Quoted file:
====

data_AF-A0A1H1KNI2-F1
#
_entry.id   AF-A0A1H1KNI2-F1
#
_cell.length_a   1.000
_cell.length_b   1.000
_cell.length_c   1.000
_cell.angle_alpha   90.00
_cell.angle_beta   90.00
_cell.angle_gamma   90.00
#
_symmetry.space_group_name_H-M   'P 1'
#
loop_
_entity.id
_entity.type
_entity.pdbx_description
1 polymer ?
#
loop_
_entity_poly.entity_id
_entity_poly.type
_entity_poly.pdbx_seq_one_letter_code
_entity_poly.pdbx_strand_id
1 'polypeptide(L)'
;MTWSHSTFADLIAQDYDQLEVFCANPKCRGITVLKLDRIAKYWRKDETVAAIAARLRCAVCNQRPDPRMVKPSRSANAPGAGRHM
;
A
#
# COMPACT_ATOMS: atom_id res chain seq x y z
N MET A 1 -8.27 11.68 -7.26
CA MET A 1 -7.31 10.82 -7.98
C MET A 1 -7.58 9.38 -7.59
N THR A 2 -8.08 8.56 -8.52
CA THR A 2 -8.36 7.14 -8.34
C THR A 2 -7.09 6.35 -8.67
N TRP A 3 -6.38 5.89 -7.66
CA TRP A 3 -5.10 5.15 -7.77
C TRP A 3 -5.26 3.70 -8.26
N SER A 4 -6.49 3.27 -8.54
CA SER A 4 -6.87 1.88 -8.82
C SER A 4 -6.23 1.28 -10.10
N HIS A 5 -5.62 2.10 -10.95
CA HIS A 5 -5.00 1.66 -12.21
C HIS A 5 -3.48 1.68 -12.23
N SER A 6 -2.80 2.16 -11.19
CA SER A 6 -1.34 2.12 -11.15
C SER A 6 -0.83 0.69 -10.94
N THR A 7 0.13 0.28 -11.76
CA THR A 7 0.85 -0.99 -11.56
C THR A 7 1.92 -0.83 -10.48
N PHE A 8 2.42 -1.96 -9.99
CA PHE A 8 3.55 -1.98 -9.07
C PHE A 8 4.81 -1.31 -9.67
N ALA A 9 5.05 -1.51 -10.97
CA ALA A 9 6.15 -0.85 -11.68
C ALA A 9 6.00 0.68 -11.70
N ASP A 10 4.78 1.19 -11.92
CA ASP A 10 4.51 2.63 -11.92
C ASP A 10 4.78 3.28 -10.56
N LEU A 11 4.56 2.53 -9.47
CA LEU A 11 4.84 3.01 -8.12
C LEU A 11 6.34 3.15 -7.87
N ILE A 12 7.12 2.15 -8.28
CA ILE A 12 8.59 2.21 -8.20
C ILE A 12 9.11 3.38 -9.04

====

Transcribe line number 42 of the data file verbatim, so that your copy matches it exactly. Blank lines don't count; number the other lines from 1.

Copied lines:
C SER A 4 -6.23 1.28 -10.10